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Supreme Court denies teachers union request to halt injunction

Updated September 18, 2023 - 7:11 pm

The Nevada Supreme Court on Friday denied an emergency request from the Clark County teachers union to halt a preliminary injunction that prevents strike activities such as sickouts.

The decision came the same day that five Clark County schools experienced large numbers of unexpected teacher absences.

On Monday, the Clark County School District filed an emergency motion in District Court seeking to stop “rolling sickouts.” The judge in the case ruled Wednesday that a a teacher strike had occurred and ordered the preliminary injunction.

The Clark County Education Association — which represents about 18,000 licensed employees — filed a notice of appeal and an emergency motion for stay with the Nevada Supreme Court.

The Friday order — signed by three Supreme Court Justices Elissa Cadish, Kristina Pickering and Linda Marie Bell — noted that the justices were “not persuaded that a stay is warranted.”

The justices wrote they considered a few factors in deciding whether to grant a stay, including if either party would “suffer irreparable or serious injury.”

They also wrote they considered whether “appellants are likely to prevail on the merits of the appeal.”

Union appeal still pending

The teachers union’s appeal of the injunction remains pending in court.

“Today’s ruling has not changed our appeal of the injunction before the Nevada Supreme Court,” the union said Friday.

The school district said in a Friday statement that it’s pleased the injunction remains in place.

“The only emergency in this case is the continuance of a teacher strike and the resulting harm to children,” the statement said. “We believe that CCEA is unlikely to prevail on appeal, and we look forward to making our case before the Nevada Supreme Court.”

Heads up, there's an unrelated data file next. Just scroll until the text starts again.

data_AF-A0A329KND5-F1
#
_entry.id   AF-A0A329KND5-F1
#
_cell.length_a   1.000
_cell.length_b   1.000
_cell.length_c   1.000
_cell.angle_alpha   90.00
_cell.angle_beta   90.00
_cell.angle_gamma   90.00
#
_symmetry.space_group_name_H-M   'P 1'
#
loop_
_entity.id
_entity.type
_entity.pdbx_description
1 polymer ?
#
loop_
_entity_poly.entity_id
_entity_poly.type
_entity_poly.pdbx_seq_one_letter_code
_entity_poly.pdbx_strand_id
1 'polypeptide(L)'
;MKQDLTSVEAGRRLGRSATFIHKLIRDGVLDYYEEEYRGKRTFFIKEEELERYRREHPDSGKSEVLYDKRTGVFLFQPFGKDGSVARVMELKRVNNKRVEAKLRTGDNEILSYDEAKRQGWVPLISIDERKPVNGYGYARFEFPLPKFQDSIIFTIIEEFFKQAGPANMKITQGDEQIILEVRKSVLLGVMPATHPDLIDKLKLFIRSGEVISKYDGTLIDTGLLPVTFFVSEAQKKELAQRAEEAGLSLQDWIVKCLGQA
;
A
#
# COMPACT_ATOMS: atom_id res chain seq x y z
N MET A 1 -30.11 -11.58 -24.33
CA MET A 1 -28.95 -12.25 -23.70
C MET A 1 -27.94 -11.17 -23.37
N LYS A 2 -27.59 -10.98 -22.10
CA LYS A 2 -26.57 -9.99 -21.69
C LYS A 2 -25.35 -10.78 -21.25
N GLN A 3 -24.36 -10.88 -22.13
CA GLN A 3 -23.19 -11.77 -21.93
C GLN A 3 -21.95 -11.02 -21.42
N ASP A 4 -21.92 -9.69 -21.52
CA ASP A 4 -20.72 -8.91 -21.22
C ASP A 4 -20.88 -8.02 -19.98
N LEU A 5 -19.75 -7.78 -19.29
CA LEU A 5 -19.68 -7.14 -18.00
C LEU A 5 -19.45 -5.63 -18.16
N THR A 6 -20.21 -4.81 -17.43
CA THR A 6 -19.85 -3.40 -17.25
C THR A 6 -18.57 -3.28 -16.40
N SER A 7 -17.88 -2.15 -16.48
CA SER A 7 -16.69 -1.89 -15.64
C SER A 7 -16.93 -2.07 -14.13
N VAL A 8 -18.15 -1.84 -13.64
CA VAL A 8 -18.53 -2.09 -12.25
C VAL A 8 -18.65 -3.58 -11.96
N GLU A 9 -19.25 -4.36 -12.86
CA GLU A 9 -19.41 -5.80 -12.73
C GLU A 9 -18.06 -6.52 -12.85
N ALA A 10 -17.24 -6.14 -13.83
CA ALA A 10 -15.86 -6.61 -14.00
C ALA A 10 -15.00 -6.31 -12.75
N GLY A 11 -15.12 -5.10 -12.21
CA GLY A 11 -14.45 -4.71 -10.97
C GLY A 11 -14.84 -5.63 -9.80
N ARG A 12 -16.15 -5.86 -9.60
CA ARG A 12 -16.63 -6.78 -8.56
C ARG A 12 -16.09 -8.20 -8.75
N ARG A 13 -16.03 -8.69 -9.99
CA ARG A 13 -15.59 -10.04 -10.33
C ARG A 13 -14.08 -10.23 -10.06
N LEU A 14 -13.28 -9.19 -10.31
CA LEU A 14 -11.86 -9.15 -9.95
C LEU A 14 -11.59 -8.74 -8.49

Eight schools experienced one-day closures since Sept. 1 because of unexpected staffing shortages.

Staffing issues have also disrupted operations at a handful of other schools that remained open. They’ve led to some students being relocated to large areas on campus such as auditoriums to ensure supervision.

The teachers union has denied any involvement in sickouts.

After the injunction was issued Wednesday, the union informed educators it represents about the decision and outlined possible consequences for violating the injunction.

Collective bargaining has been underway since late March between the district and union. Thousands of educators protested at school board meetings last month and “pay day rallies” continue outside of schools.

The district declared an impasse Tuesday after 11 negotiation sessions with the union. The matter now heads to arbitration.

Unexpected absences, student protest

The five campuses affected by the large number of unexpected teacher absences Friday were Manch Elementary School, Divich Elementary School, Orr Middle School, Swainston Middle School and Desert Oasis High School.

The district said those campuses remained open and no school closures occurred Friday.

At Basic Academy of International Studies in Henderson, a “large number of students” participated in an organized protest Friday morning during scheduled class time, Principal Gerald Bustamante wrote in an email to parents.

It wasn’t immediately clear what students were protesting.

Under Nevada law, the district must report any student who doesn’t attend or walks out of school as an unexcused absence unless a parent or guardian excused them for the day, he wrote.

“The Clark County School District encourages students to be active participants in democracy,” Bustamante wrote. “The District supports all students who are willing to take the time to research important issues and express their opinions civilly and peacefully. However, we encourage our students to exercise their rights without affecting their class and instruction time as it disrupts their education.”

Contact Julie Wootton-Greener at jgreener@reviewjournal.com or 702-387-2921. Follow @julieswootton on X.

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